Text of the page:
Psychiatrists Should Take a More Active Role in Treating Pain

Dictionary entry for the word pain

The recent opioid-prescribing guidelines from the CDC have renewed attention of health care providers to the epidemic of chronic pain, with which the opioid crisis is closely intertwined. The recommendation to move away from opioids as the first line of treating many types of chronic noncancer pain has generated an understandable outcry from some pain patients who fear that medications they need will no longer be available to them. Many people suffering from chronic pain are also expressing despair at their physicians (and the larger health care system) suddenly seeing them as part of the opioid problem and as potential addicts. These legitimate concerns have fed the hopelessness felt by many of the 50 million Americans who suffer from moderate to severe chronic pain.

Reducing opioid prescribing is not solely to address opioid misuse and overdose deaths. The rise in opioid prescribing in the late 1990s occurred despite virtually no research that had evaluated the effectiveness of these medications when administered for pain over the long term (i.e., for chronic pain). In fact, there is evidence that chronic opioid administration may worsen pain (hyperalgesia), raising the question of whether opioid overprescribing could have contributed to the increases in the prevalence of chronic pain in our country (something future research will need to address). But obviously, reducing the reliance on opioids for the management of chronic noncancer pain does not mean that we can just walk away from the pain problem. It is urgent that we find new solutions and make better use of other treatments in our existing toolkit.

Thus far, psychiatrists have not taken an active role in addressing the problem of chronic pain, but they have an important role to play here, for multiple reasons. First, cognitive-behavioral therapy is one of the most effective pain treatments; assisting patients in learning to change their pain-related thoughts, emotions, and behaviors is going to help with their condition, regardless of other pharmacological interventions. It is also necessary for psychiatrists to become involved in pain because chronic pain is closely linked to multiple psychiatric problems. For example, with chronic pain comes a high risk for suicide and depression. Pain also impacts sleep, which independently can be a factor in mental (as well as physical) health. And these psychiatric conditions bear on the effectiveness of adjunctive pain therapies such as exercise and meditation, which may be difficult to implement when a person is also suffering from depression, for example.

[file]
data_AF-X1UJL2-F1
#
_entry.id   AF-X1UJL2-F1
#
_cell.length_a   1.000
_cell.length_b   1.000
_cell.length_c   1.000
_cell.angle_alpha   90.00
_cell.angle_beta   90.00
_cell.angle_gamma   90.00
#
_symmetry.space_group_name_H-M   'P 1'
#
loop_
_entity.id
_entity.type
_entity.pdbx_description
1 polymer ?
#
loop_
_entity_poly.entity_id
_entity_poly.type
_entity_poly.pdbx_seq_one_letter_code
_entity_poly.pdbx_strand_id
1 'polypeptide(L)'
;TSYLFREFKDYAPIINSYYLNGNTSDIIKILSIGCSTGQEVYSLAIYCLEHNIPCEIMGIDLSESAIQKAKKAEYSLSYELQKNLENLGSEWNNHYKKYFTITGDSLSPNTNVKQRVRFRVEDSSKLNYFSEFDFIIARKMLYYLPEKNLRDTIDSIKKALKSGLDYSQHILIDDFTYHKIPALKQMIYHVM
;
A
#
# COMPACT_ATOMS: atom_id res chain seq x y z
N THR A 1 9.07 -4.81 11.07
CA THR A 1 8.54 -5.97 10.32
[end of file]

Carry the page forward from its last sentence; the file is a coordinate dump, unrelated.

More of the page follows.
Addiction researchers also need to be more attentive to pain, going forward. The need for trials of non-opioid treatments is obvious and includes studies of compounds targeting the endocannabinoid system, a promising avenue for new medication development. Similarly, the use of repeated transcranial magnetic stimulation (rTMS), which is approved for the treatment of depression, has been shown in preliminary trials to be helpful in managing pain. And even in clinical trials looking at treatments for other conditions, researchers should be measuring pain to find out the extent to which it factors into how well the treatment works. For instance, the prevalence of pain is higher in people suffering from substance use disorders, but most studies don’t measure it; pain might be one of the confounders making it difficult to treat addiction. The same could be true for other psychiatric conditions.

It is crucial that we not lose sight of the reality and complexity of chronic pain as management of chronic noncancer pain moves toward greater caution around opioid medication. This should not be solely an issue for primary care medicine or neurology, but also for specialties such as psychiatry that have much to offer people who are suffering from complex disorders in which physical symptoms merge with psychological distress.

Dr. Nora Volkow, Director

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 Alternative Pain Treatments

Pain management has increased the use of opioids manifolds. Now the need of the hour is to focus on alternative treatments like cognitive behavioral therapy, meditation, mindfulness and more.

 leave legitimate noncancer pain patients alone already

Give patients more credit and power to chose opiate therapy or TENs or whatever they feel helps . Chronic pain is a life-destroyer. Patients with daily pain have already lost enough. Taking their pills is degrading. Don't take away their dignity as well.